‘Industry 4.0’ may be neither so extensive nor advanced as those in whom it arouses hopes and fears.
It is widely believed that the new digital technologies are opening up completely new potential applications, with social and economic consequences no less than disruptive. In the public debate, this is linked on the one hand to fears of massive job losses, the discounting of qualifications and far-reaching control over workers. On the other hand, digitalisation is envisaged as facilitating innovative work design and decent working conditions, or ‘new work’.
This thesis cannot be fundamentally refuted. In a range of sectors—information technology, software and various service fields—digitalisation has been associated with sustained, far-reaching, structural change for many years. But this is by no means true of most sectors and work processes.
Contrary to expectations, as expressed especially in the German-initiated ‘Industry 4.0’ discourse, evidence shows that industrial production in particular has in recent years seen only moderate innovation patterns and transformative tendencies. Available empirical findings show this especially for the large German manufacturing sector and the same can be observed in many other European countries: the reality in most companies remains technically and organisationally very conservative.
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Indeed, digitalisation in industrial production has up to now been a path-dependent transformation of work processes. In the vast majority of companies there is no lasting change in work, nor are the much-discussed design options for ‘good work’ really being used.
Digitally-based process innovations in most companies proceed mainly incrementally, closely bound to given technological, functional, organisational and economic exigencies. While debate tends to focus on large, technologically ‘high-end’ companies, in most average-size and especially smaller firms digitalisation takes place only step-wise and within limits. This is evident from statistical data on the spread of digital technologies in German industry, as well from case studies.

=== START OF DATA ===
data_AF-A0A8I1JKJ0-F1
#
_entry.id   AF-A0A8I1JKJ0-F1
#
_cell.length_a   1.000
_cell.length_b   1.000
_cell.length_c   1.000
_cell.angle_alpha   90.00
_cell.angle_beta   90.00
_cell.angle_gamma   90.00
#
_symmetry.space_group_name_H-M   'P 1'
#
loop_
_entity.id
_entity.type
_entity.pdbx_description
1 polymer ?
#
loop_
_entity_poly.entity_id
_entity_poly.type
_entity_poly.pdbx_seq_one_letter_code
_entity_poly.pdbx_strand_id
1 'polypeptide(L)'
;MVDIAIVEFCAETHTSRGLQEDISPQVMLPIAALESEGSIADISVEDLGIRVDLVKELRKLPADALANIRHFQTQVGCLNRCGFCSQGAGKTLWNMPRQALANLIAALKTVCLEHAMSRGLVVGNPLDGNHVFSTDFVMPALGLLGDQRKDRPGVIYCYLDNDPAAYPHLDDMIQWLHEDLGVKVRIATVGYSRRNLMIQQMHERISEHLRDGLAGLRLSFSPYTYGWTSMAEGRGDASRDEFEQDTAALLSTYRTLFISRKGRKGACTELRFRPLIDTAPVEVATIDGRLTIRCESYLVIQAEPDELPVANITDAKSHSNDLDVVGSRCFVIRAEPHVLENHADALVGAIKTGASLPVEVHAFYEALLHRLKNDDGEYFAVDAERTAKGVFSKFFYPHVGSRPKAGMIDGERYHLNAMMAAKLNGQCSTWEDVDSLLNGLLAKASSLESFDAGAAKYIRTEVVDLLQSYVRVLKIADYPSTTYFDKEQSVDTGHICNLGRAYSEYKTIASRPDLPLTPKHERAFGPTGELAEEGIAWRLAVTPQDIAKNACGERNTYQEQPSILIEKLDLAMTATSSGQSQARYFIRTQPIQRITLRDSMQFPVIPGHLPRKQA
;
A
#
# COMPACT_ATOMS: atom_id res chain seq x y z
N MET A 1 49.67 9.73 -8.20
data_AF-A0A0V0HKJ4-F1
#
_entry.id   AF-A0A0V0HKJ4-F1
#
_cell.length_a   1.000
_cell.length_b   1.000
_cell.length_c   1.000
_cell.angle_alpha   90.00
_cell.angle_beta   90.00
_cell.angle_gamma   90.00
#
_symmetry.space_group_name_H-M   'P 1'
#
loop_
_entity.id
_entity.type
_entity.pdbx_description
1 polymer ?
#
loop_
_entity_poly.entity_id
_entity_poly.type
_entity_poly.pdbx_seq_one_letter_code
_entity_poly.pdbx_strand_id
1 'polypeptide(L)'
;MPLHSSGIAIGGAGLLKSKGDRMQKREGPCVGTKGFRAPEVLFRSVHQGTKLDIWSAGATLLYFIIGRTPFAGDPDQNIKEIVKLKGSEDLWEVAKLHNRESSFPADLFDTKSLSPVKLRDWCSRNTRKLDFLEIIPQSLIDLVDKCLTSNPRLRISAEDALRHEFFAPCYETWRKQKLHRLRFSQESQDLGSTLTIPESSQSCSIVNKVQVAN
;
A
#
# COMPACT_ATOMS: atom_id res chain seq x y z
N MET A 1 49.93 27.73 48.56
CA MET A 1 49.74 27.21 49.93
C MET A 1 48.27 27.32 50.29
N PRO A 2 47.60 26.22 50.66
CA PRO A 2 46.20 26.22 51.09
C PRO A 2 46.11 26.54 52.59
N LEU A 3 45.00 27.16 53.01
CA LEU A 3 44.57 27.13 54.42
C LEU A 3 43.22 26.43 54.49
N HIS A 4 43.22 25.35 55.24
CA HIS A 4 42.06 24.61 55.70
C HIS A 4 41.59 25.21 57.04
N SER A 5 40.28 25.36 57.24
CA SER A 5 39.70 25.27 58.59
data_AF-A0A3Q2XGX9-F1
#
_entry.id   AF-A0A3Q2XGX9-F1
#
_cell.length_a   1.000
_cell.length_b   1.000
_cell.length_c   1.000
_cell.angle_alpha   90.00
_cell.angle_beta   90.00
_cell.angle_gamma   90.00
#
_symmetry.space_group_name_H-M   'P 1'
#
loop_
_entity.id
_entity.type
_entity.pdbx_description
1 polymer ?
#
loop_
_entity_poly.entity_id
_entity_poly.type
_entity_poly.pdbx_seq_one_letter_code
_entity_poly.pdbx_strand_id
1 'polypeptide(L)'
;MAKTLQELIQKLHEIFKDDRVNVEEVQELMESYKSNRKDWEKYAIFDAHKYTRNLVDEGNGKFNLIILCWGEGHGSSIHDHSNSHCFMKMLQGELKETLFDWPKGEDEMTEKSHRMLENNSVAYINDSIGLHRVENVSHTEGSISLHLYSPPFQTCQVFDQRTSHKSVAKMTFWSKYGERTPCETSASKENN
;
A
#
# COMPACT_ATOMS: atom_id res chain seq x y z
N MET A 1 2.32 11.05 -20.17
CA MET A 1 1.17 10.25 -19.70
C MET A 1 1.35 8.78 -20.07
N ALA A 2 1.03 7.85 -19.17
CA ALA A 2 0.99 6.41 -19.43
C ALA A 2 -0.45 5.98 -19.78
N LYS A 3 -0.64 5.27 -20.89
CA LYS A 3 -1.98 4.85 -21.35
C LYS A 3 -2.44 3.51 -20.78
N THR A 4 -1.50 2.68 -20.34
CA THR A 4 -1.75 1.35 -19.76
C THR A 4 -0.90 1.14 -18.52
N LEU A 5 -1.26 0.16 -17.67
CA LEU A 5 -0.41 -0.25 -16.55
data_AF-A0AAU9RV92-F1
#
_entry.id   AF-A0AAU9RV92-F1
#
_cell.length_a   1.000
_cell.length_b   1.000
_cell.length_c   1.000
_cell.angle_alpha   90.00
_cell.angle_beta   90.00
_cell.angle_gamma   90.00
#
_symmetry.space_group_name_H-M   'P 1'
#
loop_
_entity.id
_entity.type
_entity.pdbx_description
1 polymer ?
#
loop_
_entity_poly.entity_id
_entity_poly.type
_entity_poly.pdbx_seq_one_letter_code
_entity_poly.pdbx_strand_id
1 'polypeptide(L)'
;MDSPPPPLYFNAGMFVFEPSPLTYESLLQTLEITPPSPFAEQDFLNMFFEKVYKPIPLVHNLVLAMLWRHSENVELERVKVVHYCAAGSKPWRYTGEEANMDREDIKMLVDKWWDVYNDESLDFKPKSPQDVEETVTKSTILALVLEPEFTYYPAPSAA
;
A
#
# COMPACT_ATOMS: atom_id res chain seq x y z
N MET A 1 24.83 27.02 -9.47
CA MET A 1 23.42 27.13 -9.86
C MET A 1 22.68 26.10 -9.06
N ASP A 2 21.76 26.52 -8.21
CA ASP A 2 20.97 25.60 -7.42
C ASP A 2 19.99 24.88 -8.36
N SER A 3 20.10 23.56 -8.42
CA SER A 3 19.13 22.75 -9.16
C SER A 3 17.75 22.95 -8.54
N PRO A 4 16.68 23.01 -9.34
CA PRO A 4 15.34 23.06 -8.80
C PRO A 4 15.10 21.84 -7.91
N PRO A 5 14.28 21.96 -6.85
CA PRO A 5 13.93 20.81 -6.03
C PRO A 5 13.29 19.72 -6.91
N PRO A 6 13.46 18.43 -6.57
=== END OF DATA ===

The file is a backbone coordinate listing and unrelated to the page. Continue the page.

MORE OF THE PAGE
The relationship between new and old technologies in companies can be traced to the well-known mechanisms of path dependency. As new systems are added, existing IT solutions are optimised through regular updating with new hard- and software, improved networks and increased data availability. Meanwhile, existing processes undergo partial improvements and the elimination of ‘bottlenecks’, such as unreliable onward data transfer or absent network capabilities.
These incremental steps are accompanied by a structurally conservative approach to work processes: the dominant organisational and work-related structures are largely retained, despite the implementation of new digital technologies. At most they are changed by marginal modifications to work procedures to accommodate the new technologies, and then continually adjusted.
An ongoing optimisation process, often in small steps, brings increasing returns to firms, reinforcing the existing structures. Most companies thus retain well-established work practices and job qualifications—radical change in established practices in production areas has not yet been discernible.
‘Piles of paperwork’